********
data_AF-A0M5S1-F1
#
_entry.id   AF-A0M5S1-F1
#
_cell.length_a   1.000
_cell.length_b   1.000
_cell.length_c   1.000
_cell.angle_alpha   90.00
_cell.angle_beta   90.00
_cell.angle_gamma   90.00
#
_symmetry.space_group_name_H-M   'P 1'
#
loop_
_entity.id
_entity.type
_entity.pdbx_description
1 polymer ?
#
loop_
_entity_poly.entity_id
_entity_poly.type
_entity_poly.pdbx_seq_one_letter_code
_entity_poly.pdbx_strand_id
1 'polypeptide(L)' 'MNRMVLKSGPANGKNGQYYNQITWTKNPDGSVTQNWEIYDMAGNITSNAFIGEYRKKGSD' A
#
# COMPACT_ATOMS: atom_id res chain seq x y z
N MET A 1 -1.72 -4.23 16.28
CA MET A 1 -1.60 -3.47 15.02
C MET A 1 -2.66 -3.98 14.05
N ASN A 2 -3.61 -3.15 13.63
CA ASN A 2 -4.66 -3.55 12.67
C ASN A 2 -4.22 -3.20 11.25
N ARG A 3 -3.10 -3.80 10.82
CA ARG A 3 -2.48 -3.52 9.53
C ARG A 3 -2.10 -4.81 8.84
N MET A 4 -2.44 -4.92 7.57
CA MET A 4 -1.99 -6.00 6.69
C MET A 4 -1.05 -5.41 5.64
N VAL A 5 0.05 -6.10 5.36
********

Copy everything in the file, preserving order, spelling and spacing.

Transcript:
data_AF-A0M5S1-F1
#
_entry.id   AF-A0M5S1-F1
#
_cell.length_a   1.000
_cell.length_b   1.000
_cell.length_c   1.000
_cell.angle_alpha   90.00
_cell.angle_beta   90.00
_cell.angle_gamma   90.00
#
_symmetry.space_group_name_H-M   'P 1'
#
loop_
_entity.id
_entity.type
_entity.pdbx_description
1 polymer ?
#
loop_
_entity_poly.entity_id
_entity_poly.type
_entity_poly.pdbx_seq_one_letter_code
_entity_poly.pdbx_strand_id
1 'polypeptide(L)' 'MNRMVLKSGPANGKNGQYYNQITWTKNPDGSVTQNWEIYDMAGNITSNAFIGEYRKKGSD' A
#
# COMPACT_ATOMS: atom_id res chain seq x y z
N MET A 1 -1.72 -4.23 16.28
CA MET A 1 -1.60 -3.47 15.02
C MET A 1 -2.66 -3.98 14.05
N ASN A 2 -3.61 -3.15 13.63
CA ASN A 2 -4.66 -3.55 12.67
C ASN A 2 -4.22 -3.20 11.25
N ARG A 3 -3.10 -3.80 10.82
CA ARG A 3 -2.48 -3.52 9.53
C ARG A 3 -2.10 -4.81 8.84
N MET A 4 -2.44 -4.92 7.57
CA MET A 4 -1.99 -6.00 6.69
C MET A 4 -1.05 -5.41 5.64
N VAL A 5 0.05 -6.10 5.36